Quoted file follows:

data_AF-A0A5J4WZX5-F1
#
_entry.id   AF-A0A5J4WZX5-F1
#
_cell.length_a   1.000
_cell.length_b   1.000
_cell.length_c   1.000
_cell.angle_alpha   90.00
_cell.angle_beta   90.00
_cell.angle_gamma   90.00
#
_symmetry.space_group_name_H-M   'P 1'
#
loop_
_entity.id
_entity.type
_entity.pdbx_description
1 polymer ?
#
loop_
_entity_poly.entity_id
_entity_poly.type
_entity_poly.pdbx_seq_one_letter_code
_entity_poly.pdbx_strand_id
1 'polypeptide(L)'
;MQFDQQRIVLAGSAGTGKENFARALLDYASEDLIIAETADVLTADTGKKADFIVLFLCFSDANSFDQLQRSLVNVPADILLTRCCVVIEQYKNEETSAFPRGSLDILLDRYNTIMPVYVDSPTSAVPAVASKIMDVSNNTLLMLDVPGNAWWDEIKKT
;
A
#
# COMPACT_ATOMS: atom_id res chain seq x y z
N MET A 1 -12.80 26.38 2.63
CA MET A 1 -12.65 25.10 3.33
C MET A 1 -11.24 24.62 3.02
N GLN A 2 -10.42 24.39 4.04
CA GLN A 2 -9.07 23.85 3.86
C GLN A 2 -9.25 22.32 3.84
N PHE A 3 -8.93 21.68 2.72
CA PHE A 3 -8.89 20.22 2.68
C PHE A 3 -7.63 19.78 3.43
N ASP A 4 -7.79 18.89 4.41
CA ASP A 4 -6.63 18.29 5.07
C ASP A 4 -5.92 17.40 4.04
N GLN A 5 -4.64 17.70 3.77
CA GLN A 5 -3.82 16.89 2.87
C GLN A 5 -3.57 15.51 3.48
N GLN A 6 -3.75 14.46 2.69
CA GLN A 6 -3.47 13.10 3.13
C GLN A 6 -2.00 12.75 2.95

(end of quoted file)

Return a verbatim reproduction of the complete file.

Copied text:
data_AF-A0A5J4WZX5-F1
#
_entry.id   AF-A0A5J4WZX5-F1
#
_cell.length_a   1.000
_cell.length_b   1.000
_cell.length_c   1.000
_cell.angle_alpha   90.00
_cell.angle_beta   90.00
_cell.angle_gamma   90.00
#
_symmetry.space_group_name_H-M   'P 1'
#
loop_
_entity.id
_entity.type
_entity.pdbx_description
1 polymer ?
#
loop_
_entity_poly.entity_id
_entity_poly.type
_entity_poly.pdbx_seq_one_letter_code
_entity_poly.pdbx_strand_id
1 'polypeptide(L)'
;MQFDQQRIVLAGSAGTGKENFARALLDYASEDLIIAETADVLTADTGKKADFIVLFLCFSDANSFDQLQRSLVNVPADILLTRCCVVIEQYKNEETSAFPRGSLDILLDRYNTIMPVYVDSPTSAVPAVASKIMDVSNNTLLMLDVPGNAWWDEIKKT
;
A
#
# COMPACT_ATOMS: atom_id res chain seq x y z
N MET A 1 -12.80 26.38 2.63
CA MET A 1 -12.65 25.10 3.33
C MET A 1 -11.24 24.62 3.02
N GLN A 2 -10.42 24.39 4.04
CA GLN A 2 -9.07 23.85 3.86
C GLN A 2 -9.25 22.32 3.84
N PHE A 3 -8.93 21.68 2.72
CA PHE A 3 -8.89 20.22 2.68
C PHE A 3 -7.63 19.78 3.43
N ASP A 4 -7.79 18.89 4.41
CA ASP A 4 -6.63 18.29 5.07
C ASP A 4 -5.92 17.40 4.04
N GLN A 5 -4.64 17.70 3.77
CA GLN A 5 -3.82 16.89 2.87
C GLN A 5 -3.57 15.51 3.48
N GLN A 6 -3.75 14.46 2.69
CA GLN A 6 -3.47 13.10 3.13
C GLN A 6 -2.00 12.75 2.95